Snakebites and Horses

Snakebites and Horses

Last Updated on February 21, 2022 by Allison Price

All animals, including horses, are at greater risk from snakebite due to the long summer heat. The pit vipers are the most dangerous snakes in America. They include many species of copperheads, water moccasins, and rattlesnakes. Because of their small mouths, coral snakes, another poisonous serpent found in the U.S. pose no risk to horses.

Pit vipers were named for the heat-detecting pits on their heads that help them locate prey. The pit vipers are distinguished from other snakes by their triangular-shaped heads and narrow neck.

Copperheads, cottonmouths and timber rattlesnakes are the most common poisonous snakes found in Kentucky. There are also reports of Eastern Diamondback rattlesnakes. The risk of severe, fatal poisoning (poisoning by venomous bites or stings) is greatest with Diamondback rattlers. It’s less with water moccasins and lower with copperheads.

Snakebites and Horses

Horses are most likely to be bitten by a snake if they come across one in their pasture or along the trail. Horses that step on snakes may get severe bites. The snake will release all its venom in one attack as it dies. Although the components of snake venom are different for each species, most contain substances that can cause tissue damage, blood clotting problems, and digestion. Neurotoxins are also found in some snake venom. There are many factors that can influence the severity of a bite, including snake species, size and age, as well as number of bites. Some bites are considered “dry bites”, meaning that little or no venom is administered.

Victim factors also have an impact on how severe a bite will be. These factors include the size, age, medical conditions and drugs that the animal may be taking, as well as the location of the bite. While a single snakebite in a horse may not require treatment, another snakebite in a horse with a different snake, horse or circumstances could be more serious and even fatal.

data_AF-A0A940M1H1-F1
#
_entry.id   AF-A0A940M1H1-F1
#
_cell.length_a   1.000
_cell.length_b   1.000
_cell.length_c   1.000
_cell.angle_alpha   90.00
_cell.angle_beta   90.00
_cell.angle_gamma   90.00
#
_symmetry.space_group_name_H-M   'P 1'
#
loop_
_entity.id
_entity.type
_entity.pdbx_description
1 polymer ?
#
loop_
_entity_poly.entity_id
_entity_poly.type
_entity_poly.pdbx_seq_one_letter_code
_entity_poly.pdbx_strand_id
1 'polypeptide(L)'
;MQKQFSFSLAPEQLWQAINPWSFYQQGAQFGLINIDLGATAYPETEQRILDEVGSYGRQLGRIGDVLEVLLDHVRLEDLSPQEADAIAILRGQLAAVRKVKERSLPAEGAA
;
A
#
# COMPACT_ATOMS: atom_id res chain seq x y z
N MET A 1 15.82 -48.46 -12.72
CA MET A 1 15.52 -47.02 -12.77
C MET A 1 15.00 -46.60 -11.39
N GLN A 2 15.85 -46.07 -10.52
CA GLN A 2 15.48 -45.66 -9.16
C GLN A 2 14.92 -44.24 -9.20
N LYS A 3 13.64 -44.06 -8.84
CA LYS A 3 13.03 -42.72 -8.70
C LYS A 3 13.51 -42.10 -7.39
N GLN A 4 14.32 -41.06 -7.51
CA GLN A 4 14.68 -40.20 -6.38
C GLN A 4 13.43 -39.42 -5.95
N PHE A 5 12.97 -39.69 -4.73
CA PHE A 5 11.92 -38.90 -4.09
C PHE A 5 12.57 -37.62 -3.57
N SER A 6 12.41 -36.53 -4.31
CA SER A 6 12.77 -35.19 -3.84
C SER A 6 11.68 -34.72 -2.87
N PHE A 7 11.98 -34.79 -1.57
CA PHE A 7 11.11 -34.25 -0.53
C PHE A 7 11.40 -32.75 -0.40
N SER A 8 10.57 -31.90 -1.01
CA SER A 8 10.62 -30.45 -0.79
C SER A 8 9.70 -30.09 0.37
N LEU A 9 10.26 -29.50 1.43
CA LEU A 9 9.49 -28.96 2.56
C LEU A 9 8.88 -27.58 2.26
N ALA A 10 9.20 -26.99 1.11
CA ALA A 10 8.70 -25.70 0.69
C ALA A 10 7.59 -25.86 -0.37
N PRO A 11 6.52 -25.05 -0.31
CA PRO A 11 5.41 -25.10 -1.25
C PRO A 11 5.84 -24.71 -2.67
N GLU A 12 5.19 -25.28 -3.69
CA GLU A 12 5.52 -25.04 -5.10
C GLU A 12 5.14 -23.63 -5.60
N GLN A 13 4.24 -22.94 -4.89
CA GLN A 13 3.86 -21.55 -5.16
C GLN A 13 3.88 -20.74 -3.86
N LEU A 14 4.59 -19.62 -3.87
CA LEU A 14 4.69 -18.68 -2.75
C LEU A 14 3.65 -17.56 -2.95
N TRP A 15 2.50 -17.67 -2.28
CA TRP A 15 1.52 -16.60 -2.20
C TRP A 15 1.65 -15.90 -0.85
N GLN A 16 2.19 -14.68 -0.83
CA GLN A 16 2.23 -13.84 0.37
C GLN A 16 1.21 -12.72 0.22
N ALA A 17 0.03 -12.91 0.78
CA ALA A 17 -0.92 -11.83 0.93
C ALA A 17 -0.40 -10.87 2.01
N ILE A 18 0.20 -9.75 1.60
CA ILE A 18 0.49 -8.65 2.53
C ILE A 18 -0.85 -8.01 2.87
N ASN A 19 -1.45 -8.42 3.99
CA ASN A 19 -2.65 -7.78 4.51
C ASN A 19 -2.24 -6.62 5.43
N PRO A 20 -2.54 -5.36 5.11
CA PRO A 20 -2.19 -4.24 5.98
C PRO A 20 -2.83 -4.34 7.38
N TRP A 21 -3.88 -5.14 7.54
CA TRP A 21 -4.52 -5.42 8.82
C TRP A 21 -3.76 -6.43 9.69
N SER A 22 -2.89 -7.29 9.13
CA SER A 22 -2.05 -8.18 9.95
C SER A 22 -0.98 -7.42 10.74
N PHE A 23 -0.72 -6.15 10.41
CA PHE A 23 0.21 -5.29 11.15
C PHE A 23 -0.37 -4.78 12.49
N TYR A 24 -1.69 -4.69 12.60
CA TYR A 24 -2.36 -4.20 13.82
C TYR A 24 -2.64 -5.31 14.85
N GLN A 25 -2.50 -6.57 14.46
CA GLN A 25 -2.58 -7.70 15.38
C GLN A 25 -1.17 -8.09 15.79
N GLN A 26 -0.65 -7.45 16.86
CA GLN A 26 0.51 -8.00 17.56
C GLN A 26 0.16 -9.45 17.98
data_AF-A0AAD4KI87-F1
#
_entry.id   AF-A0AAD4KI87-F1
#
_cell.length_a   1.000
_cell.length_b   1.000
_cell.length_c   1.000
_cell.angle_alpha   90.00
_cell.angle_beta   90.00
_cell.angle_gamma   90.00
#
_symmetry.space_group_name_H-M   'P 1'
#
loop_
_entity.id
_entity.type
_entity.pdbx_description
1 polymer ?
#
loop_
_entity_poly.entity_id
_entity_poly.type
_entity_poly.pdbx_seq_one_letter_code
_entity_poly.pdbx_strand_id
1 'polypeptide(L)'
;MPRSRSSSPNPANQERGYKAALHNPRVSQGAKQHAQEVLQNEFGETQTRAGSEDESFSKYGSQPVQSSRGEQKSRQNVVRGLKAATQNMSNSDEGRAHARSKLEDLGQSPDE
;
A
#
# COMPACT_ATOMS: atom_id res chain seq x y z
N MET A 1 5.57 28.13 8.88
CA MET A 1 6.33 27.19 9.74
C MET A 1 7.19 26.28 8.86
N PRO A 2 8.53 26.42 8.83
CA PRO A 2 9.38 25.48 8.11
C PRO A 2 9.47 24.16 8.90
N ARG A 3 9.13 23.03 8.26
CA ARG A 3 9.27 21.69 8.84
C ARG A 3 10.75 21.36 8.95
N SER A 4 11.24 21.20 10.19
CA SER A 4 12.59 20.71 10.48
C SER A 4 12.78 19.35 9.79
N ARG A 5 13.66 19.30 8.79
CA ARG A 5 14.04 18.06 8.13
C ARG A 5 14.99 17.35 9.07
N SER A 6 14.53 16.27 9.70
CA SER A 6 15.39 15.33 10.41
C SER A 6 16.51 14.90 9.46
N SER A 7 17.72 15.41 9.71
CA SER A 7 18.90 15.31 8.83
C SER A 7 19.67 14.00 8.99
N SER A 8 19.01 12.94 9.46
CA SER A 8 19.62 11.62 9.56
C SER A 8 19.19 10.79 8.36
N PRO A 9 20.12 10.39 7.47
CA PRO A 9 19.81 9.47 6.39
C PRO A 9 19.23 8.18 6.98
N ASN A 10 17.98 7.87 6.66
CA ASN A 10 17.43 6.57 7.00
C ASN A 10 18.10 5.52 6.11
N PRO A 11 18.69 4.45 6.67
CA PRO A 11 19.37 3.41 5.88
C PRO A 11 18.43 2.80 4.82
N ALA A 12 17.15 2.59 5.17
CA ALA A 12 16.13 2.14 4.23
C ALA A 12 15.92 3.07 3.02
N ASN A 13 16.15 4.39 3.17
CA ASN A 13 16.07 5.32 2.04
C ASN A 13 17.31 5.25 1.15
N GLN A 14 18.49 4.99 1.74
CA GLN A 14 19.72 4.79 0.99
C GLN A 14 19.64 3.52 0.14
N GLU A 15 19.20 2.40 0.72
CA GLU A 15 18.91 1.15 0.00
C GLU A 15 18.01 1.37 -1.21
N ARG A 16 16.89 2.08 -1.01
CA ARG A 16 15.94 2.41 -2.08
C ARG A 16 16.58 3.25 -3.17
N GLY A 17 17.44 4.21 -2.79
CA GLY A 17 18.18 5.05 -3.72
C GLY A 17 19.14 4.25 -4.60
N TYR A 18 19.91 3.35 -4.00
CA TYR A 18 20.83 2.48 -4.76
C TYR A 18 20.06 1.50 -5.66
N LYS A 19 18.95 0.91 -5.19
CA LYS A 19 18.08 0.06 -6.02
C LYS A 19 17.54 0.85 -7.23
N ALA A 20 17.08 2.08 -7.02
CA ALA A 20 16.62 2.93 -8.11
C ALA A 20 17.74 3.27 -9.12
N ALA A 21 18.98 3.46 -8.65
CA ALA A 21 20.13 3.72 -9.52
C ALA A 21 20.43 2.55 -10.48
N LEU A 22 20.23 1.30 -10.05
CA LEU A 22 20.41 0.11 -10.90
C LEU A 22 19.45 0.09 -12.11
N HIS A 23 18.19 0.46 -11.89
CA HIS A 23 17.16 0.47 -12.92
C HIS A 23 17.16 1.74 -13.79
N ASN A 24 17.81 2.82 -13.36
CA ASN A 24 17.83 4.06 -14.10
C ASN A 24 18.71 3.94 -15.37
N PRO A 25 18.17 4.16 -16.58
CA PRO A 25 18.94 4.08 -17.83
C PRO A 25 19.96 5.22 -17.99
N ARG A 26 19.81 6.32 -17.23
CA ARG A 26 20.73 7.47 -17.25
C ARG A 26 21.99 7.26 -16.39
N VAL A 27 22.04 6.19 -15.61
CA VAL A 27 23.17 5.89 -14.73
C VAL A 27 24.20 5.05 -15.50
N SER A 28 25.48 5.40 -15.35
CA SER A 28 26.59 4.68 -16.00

Horses can experience symptoms of snakebite that vary in severity, but they generally have pain and swelling around the bite site. Sometimes bite wounds may not be obvious. Many bites from copperheads and dry bites with very little venom are not dangerous. Severe bites by more dangerous snake species, or higher doses of venom, can cause severe pain and swelling, hemorhage, cardiac arrhythmias and shock, collapse and, in rare cases, death. Paralysis can result from neurotoxic venoms. Horses can get paralysis from being bitten by neurotoxic venoms. The signs of envenomation may appear within minutes or take several hours to develop depending on how the bite site was chosen, the dose of venom injected and the snake species.

If your horse has been bitten by a poisonous snake, you should immediately seek veterinary attention. For venomous snakebite, there have not been any first-aid procedures that owners of horses in the field have shown to be especially helpful. Folk remedies and anecdotal remedies can do more harm than good. In pig models of snakebite, it has been proven that suction devices for venom removal are not beneficial. It is important to calm the horse and get immediate medical attention.

The severity of the bite will determine the type and extent of veterinary treatment. It may include fluid therapy, pain medication, shock, fluid therapy and wound treatment. In cases of severe envenomation, antivenin may be particularly helpful. It can reduce tissue damage and speed up recovery times. The dose of antivenin depends on the amount of venom that has been injected and not the size of the horse. Therefore, even one vial can be used to counteract the effects of venom toxins. Many horses can experience cardiac arrhythmias and may need treatment. Horses suffering from severe nasal passage swelling may need to be treated to preserve their airway and provide nutritional support to help them eat and drink.

Horses can still suffer from the more immediate effects of a snakebite. However, complications like chronic heart disease, kidney damage and hemolytic anemia, which is a condition in which the body’s immune systems attack and kill its own red blood cells, may occur. Horses are more likely to experience cardiac failure than any other species, and it can happen in weeks or months following a bite. After a snakebite, horses should be checked for any signs of cardiac disease.

Although a vaccine for horses is now available to prevent snakebite complications, its effectiveness is still not well documented. For more information about snakebite, consult your veterinarian or a toxicologist.

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